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Why Marketing And Customer Service Need To Be Synonymous

Anand Srinivasan | Oct 9, 2016 481 views No Comments

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Good customer service is great marketing because it captures word of mouth buzz and spreads it around. By building on customers who have already had a positive experience, companies have the chance to create forward momentum, reaching a broader audience than they would otherwise.

Even though, historically, we love to share stories of things that have not gone well, we do share positive, happy events. And even more importantly, when our friends ask for recommendations for a product or a service that we enjoyed, we’re more likely to mention the company where we had a great experience.
All too often, companies treat marketing and customer service as if they are two completely different areas of the business. After all, marketing brings customers in, and then customer service takes care of them, right?
Wrong.

In strong, robust businesses, CEOs understand that marketing and customer service should work together. After all, great customer service is a fantastic marketing strategy, and great marketing will reduce the need for intense customer service. Having these two teams working together to create a cohesive strategy will build a stronger business. Let’s look at all of this in more detail.

Good customer service is a fantastic marketing strategy

Successful companies don’t need marketing as much to sustain their business. One of the key goals of all marketing is to generate word of mouth buzz. As we have more and more statistics and reports cluing us in to the power of circles of influence, and the amount of attention our customers pay to reviews, this becomes even more true. If you offer excellent customer service, then your customers are more likely to talk about your business in a positive light. This goes for Amazon reviews, Yelp reviews, and general social media posts.

When your customer service team goes above and beyond, creating a happy customer, that happy customer will often go on and do your marketing team’s work for them. You can also work on building your happiest customers into ambassadors for your business. Your marketing team could offer them free products in exchange for posts or shares on social media, or they could create a video extoling the virtues of your product in use in day to day life.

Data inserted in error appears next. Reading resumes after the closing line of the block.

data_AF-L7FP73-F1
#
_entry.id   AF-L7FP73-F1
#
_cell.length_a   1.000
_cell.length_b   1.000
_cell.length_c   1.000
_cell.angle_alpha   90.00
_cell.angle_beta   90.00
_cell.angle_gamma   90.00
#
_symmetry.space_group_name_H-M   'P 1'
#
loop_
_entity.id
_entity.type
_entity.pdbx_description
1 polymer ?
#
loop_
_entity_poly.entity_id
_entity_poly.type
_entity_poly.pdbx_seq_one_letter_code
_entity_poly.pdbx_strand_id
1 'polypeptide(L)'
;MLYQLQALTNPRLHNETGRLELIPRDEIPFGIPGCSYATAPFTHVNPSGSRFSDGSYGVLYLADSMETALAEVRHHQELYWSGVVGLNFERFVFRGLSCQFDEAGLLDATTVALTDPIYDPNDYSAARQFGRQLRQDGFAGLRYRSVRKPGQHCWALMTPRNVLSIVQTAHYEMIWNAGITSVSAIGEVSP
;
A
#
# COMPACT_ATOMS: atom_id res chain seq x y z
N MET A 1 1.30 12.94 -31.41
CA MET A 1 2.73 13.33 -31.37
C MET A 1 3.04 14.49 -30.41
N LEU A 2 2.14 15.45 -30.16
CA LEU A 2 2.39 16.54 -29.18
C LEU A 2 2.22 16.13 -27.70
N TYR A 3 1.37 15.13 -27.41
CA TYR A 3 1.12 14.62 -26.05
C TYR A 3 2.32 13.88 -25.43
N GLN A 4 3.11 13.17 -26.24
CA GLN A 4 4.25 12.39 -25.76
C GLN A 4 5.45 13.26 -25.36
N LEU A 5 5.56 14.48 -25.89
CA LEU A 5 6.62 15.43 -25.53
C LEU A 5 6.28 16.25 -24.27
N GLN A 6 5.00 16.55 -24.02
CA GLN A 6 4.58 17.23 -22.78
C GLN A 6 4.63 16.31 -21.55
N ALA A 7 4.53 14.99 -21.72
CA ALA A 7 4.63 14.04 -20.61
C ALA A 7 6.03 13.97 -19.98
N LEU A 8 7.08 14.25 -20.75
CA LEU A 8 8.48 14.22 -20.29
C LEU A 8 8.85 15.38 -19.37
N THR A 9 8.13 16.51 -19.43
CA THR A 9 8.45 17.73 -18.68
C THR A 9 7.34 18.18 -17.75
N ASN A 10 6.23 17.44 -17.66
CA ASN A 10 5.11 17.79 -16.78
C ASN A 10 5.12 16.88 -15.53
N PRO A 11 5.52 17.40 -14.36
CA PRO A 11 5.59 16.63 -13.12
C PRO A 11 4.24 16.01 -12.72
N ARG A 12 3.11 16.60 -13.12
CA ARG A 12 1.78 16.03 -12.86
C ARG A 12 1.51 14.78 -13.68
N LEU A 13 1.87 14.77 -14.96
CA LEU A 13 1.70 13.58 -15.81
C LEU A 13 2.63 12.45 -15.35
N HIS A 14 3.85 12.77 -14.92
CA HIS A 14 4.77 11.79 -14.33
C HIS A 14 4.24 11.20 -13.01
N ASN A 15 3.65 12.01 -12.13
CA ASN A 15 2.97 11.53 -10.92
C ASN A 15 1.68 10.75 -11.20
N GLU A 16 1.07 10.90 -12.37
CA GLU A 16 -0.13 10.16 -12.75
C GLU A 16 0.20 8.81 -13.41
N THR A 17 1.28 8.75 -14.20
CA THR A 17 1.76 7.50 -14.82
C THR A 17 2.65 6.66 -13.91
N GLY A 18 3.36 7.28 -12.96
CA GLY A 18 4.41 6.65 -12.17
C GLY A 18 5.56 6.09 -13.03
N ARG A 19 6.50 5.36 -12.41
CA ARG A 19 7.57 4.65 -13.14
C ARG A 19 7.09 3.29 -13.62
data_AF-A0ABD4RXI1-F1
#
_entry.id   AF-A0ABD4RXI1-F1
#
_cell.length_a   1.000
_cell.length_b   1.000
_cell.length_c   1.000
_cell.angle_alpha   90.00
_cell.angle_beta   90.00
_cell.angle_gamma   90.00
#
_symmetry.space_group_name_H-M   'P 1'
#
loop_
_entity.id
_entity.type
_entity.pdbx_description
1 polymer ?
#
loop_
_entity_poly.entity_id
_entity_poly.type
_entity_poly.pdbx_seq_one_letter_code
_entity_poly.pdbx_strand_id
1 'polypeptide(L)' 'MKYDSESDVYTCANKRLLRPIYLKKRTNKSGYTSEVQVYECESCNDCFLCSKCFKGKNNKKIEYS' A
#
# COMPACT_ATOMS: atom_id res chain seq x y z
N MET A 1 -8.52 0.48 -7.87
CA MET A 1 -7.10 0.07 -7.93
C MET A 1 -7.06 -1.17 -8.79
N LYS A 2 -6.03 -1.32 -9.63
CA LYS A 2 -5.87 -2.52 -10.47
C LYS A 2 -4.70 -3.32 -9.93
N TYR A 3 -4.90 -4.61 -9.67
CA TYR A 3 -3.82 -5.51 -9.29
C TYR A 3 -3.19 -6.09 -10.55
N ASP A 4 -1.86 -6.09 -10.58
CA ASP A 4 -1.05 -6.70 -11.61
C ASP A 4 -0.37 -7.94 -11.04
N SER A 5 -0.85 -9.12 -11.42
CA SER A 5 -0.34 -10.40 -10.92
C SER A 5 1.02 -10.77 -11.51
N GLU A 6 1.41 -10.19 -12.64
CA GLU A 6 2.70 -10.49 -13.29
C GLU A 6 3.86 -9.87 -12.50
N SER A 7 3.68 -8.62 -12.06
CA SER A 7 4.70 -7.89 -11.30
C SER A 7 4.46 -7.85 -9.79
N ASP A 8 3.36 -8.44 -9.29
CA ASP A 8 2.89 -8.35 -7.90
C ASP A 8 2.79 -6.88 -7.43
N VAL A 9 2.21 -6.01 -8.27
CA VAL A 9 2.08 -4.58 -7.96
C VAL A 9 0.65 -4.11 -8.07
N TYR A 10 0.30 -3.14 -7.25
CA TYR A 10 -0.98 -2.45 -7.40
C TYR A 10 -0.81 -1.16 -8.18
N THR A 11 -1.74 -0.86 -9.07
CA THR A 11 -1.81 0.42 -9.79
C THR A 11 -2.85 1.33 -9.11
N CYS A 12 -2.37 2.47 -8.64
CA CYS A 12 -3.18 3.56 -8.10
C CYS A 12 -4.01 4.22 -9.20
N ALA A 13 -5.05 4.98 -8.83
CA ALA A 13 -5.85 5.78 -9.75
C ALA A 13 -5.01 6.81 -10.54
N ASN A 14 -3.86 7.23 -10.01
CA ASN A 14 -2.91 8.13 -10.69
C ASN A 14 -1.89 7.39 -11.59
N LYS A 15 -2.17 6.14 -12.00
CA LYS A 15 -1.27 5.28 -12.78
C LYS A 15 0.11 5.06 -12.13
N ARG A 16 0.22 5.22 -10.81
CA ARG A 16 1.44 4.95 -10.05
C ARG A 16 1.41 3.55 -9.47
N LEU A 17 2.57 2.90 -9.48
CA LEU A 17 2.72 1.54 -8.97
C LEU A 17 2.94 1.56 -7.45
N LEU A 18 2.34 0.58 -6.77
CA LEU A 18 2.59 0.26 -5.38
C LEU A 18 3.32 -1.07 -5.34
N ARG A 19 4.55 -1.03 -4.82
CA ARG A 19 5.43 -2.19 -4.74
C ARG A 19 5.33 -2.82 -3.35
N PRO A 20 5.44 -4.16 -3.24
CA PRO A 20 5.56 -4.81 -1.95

Customer service and marketing teams have the same goals

There was a time where marketing and customer service seemed to have opposite goals. Marketing brought customers in, and then was done with them; customer service fixed the problems that marketing was accused of causing. If this was ever true, it isn’t true in the best modern businesses. The goals of both marketing and customer service overlap, and at times, are even the same.

Marketing wants to reach out to customers who are enthused about the product or service that your company offers and convince them that the product is for them. Customer service wants to make sure that they’re satisfied with the product, and that everything goes smoothly during their experience with it. The bottom line is that they all want to sell more products or services.

In dysfunctional companies, marketing sets expectations way too high, and customer service ends up needing to apologize for mistakes that they didn’t make, this is true. But in strong, well-run companies, marketing is making promises that they know customer service is able to back up, and the relationship between the two departments is simple and calm.

By sharing talent and ideas, a smoother process can be created for the customer
Because of all the potential overlap, customer service and marketing function most smoothly when they regularly meet, share ideas, and make sure that everyone is working on the same page. When the two areas can create a sense that they are two segments of the same team, everything works better.

By bringing these two groups together, companies can get an idea of whether customers are regularly misinterpreting a piece of marketing, or if there’s a regular issue that needs to be addressed before customers are clicking Buy. Both teams can also make sure their scripts match, so that customer service isn’t contradicting marketing, or vice versa. They can also share stories of great customer interactions on both sides, so that both teams have all the data they need to continue to make good choices.

Good marketing is great customer service because it sets the expectations properly for customers. They understand what they’re getting into, have done their research, and are ready for the product to arrive in their hands. They are excited and enthused about what’s happening, which makes them more likely to participate in future product events and share future marketing.

Don’t fall victim to old stereotypes about marketing versus customer service. Embrace the synergy between these two areas to create new, positive opportunities for your business.

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